Q: If a person shows symptoms resembling a stroke, what is the first thing that should be done?

A: The patient should be rushed to the nearest major hospital – not to the family doctor. The patient should be treated in a hospital equipped with a CT scanner as this helps identify the type of stroke and initiate treatment promptly. All Provincial and almost all District General Hospitals in the country have CT scanners.

Q: How soon should he/she be taken to hospital after the first symptoms? 

A: As urgently as possible. Treatment time windows in stroke are narrow. Treatment should be started immediately to minimise the damage.

Q: What happens if there is a delay?

A: Delays can lead to missed opportunities for treatment or poor outcomes from treatment resulting in death or permanent disability. Annually, 60,000 stroke patients are admitted to state hospitals, but majority of them arrive late.

Q:  Age-wise and gender–wise, who are most at risk of getting a stroke? Why?

A:  Globally, 60 percent of strokes occur in people under 70 years and 8 percent are under 44 years. Both types of strokes are commoner in men.

Q: A study abroad has said that over a half of stroke deaths occur in women and that more men have strokes, but more women die from strokes. Where does Sri Lanka stand in this scenario?

A: Globally, stroke is commoner in men (52 percent), but deaths from ischaemic stroke is commoner in women. Deaths from haemorrhagic strokes are commoner in men. We don’t have any incidence data on the Sri Lankan situation

Q: A study in 2014 said that more young people are showing risk factors for strokes. How far is this true today and why?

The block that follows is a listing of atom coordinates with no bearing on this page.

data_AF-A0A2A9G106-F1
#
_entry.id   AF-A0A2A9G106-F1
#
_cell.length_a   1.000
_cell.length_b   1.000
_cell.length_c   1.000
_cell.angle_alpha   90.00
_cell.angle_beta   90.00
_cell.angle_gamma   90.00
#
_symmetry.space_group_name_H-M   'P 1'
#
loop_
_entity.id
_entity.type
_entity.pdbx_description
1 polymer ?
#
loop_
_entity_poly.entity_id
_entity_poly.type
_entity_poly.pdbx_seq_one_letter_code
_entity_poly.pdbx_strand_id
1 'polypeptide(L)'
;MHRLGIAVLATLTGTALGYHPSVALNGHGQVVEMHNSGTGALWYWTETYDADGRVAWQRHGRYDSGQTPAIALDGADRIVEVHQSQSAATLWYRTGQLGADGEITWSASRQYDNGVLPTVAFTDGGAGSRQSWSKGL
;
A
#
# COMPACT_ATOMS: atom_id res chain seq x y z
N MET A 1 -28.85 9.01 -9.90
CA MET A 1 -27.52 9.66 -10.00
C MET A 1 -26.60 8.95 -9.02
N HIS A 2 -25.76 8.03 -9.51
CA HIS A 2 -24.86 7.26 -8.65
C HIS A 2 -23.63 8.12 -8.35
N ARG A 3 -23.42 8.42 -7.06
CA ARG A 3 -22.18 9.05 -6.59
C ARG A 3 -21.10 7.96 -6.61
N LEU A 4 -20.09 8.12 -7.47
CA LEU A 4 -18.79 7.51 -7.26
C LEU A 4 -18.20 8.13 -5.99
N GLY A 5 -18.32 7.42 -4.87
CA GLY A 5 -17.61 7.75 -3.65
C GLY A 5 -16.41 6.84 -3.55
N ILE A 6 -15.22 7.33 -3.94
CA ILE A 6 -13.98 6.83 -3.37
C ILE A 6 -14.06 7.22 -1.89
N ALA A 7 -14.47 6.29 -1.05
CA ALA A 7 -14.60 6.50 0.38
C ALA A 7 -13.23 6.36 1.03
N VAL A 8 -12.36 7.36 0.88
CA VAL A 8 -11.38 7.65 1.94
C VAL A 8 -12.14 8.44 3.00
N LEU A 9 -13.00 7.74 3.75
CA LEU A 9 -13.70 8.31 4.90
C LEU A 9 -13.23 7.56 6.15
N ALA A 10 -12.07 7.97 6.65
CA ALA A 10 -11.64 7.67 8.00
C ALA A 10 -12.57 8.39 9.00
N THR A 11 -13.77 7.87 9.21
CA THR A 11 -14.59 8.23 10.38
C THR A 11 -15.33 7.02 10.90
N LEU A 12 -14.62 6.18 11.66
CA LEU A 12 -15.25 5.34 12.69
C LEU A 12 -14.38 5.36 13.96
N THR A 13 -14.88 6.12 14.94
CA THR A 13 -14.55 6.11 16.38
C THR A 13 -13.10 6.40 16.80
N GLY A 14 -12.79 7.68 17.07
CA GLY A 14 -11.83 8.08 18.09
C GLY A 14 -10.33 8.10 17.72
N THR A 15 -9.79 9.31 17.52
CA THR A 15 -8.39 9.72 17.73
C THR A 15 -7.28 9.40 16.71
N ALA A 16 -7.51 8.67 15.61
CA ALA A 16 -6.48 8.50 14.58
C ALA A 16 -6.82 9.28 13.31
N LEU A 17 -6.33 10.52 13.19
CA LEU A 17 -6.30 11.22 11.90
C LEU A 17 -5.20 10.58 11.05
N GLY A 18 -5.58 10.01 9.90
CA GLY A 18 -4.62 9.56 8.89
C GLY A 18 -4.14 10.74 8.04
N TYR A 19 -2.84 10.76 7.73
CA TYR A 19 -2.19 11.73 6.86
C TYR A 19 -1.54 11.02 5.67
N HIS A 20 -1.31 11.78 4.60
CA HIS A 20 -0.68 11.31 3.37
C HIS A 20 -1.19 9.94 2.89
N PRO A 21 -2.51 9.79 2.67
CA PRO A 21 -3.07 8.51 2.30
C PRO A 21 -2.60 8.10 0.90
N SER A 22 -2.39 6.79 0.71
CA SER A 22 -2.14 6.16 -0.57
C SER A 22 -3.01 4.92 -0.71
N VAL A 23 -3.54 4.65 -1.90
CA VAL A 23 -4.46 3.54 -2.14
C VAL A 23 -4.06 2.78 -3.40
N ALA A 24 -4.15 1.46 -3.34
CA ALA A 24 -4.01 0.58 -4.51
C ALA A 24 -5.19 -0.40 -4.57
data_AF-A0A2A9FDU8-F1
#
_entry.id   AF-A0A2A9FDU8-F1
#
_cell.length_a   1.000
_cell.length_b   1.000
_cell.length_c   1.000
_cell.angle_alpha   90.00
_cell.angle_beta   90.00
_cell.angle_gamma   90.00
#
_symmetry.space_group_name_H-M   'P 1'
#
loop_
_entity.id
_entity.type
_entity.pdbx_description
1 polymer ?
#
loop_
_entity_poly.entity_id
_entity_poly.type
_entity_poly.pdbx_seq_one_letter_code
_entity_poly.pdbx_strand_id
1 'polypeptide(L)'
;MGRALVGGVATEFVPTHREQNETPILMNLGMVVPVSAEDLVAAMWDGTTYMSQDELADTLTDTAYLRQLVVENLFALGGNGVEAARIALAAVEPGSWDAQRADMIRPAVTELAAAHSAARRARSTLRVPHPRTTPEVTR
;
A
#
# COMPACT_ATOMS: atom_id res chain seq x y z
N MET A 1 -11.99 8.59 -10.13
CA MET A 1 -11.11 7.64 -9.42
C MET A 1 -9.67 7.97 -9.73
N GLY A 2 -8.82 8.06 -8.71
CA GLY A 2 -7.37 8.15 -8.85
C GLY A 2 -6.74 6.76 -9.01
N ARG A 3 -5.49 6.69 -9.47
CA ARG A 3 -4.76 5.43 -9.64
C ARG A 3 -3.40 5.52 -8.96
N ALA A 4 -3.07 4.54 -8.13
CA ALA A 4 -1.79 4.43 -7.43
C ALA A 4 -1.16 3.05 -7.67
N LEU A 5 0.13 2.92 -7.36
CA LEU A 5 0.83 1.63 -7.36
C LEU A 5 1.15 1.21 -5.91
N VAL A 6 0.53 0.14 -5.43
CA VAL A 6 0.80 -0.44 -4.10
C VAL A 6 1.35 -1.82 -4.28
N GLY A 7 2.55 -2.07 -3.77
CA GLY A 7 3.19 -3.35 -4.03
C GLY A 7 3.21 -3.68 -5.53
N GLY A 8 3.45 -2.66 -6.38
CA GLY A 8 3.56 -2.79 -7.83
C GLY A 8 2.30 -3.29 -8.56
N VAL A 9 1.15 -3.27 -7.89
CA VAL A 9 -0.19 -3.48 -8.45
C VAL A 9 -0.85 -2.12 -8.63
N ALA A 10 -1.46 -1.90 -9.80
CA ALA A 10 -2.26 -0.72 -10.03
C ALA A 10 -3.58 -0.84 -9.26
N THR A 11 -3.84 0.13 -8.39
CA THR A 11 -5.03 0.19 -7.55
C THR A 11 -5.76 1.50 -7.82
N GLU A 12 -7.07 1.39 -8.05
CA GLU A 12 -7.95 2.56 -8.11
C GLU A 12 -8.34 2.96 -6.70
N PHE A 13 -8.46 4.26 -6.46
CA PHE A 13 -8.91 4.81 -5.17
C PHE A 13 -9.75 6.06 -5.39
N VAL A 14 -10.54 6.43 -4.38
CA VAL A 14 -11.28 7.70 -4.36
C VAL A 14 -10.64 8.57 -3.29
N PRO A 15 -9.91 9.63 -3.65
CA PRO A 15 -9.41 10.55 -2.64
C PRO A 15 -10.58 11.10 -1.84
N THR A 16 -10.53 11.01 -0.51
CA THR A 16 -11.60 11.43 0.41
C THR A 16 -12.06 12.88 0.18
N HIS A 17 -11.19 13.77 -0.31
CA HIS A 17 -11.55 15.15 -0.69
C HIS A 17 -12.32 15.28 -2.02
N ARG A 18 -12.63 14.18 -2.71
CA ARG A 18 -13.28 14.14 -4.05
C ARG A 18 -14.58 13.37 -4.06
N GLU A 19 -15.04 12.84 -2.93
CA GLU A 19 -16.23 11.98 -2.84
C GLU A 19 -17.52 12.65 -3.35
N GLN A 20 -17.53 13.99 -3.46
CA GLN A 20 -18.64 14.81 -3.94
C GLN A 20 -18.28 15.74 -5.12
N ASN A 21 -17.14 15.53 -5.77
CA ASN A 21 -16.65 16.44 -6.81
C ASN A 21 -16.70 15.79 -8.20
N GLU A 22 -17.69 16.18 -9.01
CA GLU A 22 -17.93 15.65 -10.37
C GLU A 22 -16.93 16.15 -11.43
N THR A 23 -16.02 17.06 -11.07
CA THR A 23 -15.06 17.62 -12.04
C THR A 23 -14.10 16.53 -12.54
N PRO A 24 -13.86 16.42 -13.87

A: Traditionally, stroke in the young was thought to occur as a result of rare risk factors. However, recent studies have shown that similar risk factors account for young and older-onset stroke as a result of acquiring these risk factors early in life from unhealthy lifestyle habits.

Q: In 2001, stroke was ranked as the leading cause for disability and mortality in Sri Lanka and in 2004, it was the third leading cause of in-hospital deaths. Do these figures still hold today?

A: Stroke, now, is the seventh leading cause of death in hospitalised patients. Stroke admissions to state hospitals have doubled over the past 10 years. This is because the public is more aware that stroke is treatable and the hospitalisation is needed.

Q: What is a mini-stroke? Is it a prelude or warning to a stroke? What is the difference?

A: A mini-stroke or TIA (transient ischaemic attack) refers to rapid improvement of stroke symptoms, usually within minutes. This has to be given serious consideration as it’s a warning of an impending stroke. It is your best opportunity to prevent a major stroke by seeking immediate medical attention.

Q: Treatment - no sooner a patient is rushed to a hospital, what is the first line of treatment?

A: This depends on the type of stroke. A CT scan is performed urgently to determine this, after initial assessment of the patient. Clot busting treatment will be given to eligible patients. All patients will benefit from urgent treatment at hospital which will prevent further worsening of stroke or by its complications. Needy patients will undergo rehabilitation by a stroke team within a stroke unit.

Q: What is the best place for patients with stroke to be treated? Why?